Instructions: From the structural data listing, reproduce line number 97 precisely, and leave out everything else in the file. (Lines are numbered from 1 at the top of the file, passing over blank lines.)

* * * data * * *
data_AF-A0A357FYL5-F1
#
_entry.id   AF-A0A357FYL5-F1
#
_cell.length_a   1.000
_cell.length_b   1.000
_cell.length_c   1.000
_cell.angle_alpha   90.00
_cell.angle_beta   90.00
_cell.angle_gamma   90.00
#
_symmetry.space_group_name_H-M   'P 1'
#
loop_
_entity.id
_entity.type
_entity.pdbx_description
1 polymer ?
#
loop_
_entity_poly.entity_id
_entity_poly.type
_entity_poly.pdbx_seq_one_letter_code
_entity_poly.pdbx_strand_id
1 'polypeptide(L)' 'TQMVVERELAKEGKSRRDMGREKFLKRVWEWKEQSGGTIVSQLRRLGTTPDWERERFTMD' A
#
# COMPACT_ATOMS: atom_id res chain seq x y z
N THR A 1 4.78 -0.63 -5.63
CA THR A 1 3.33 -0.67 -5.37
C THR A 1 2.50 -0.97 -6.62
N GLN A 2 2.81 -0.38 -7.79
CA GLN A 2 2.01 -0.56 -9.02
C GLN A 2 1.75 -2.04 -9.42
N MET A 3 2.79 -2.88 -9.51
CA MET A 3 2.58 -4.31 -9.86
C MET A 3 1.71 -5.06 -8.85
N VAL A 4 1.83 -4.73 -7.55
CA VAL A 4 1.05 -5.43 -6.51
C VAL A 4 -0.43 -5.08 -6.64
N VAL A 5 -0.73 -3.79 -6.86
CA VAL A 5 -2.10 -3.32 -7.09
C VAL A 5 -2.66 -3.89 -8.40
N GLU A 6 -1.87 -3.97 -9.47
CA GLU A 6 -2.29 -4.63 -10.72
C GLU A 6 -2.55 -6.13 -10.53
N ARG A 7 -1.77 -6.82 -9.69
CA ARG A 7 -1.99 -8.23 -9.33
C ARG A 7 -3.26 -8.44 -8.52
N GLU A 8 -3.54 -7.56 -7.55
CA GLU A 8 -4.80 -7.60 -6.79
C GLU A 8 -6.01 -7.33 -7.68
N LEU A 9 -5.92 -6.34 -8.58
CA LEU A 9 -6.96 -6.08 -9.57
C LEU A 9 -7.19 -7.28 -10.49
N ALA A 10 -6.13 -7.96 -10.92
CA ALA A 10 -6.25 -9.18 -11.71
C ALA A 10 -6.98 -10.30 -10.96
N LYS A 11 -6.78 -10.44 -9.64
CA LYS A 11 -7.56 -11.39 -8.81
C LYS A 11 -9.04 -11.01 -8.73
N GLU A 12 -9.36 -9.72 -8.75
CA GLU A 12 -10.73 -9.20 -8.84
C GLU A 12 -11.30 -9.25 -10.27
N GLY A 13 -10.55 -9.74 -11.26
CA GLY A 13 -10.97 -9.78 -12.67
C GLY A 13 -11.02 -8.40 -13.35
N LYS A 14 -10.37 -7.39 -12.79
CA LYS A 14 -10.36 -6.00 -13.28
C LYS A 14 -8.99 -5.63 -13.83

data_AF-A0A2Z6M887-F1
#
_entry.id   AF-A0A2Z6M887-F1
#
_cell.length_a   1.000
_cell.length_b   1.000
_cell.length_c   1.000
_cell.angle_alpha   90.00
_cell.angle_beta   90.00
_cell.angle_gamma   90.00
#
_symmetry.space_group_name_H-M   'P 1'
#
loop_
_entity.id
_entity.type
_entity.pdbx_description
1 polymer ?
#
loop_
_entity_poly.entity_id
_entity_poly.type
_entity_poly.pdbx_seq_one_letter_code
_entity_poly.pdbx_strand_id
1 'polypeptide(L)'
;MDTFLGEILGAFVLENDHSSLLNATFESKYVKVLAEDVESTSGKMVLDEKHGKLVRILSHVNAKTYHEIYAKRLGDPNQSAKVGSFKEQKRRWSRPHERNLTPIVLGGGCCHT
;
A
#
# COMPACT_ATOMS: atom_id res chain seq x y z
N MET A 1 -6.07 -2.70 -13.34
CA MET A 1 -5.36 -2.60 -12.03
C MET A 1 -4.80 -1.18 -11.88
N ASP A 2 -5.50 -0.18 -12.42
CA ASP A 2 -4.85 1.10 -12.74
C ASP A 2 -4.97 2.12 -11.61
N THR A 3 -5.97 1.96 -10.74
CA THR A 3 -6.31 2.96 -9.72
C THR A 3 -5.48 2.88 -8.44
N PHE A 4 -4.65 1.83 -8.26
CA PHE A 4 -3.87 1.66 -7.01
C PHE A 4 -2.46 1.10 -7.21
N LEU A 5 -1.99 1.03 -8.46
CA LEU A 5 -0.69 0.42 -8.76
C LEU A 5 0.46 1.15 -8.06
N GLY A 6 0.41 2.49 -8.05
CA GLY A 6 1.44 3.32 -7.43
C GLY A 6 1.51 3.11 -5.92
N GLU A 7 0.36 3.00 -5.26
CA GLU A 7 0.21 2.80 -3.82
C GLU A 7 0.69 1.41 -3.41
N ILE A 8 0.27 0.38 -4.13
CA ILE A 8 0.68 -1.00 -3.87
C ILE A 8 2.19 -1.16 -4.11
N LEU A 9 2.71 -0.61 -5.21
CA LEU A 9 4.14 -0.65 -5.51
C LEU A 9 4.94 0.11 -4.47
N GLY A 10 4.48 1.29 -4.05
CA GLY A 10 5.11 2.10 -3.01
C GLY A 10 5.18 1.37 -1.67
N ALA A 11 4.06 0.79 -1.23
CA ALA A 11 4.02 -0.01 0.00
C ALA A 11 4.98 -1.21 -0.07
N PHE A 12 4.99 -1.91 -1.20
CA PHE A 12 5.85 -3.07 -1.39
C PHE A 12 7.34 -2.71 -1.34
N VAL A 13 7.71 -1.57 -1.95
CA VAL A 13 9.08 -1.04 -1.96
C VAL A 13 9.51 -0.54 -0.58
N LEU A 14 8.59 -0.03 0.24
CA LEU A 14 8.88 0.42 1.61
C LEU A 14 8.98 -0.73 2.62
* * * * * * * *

A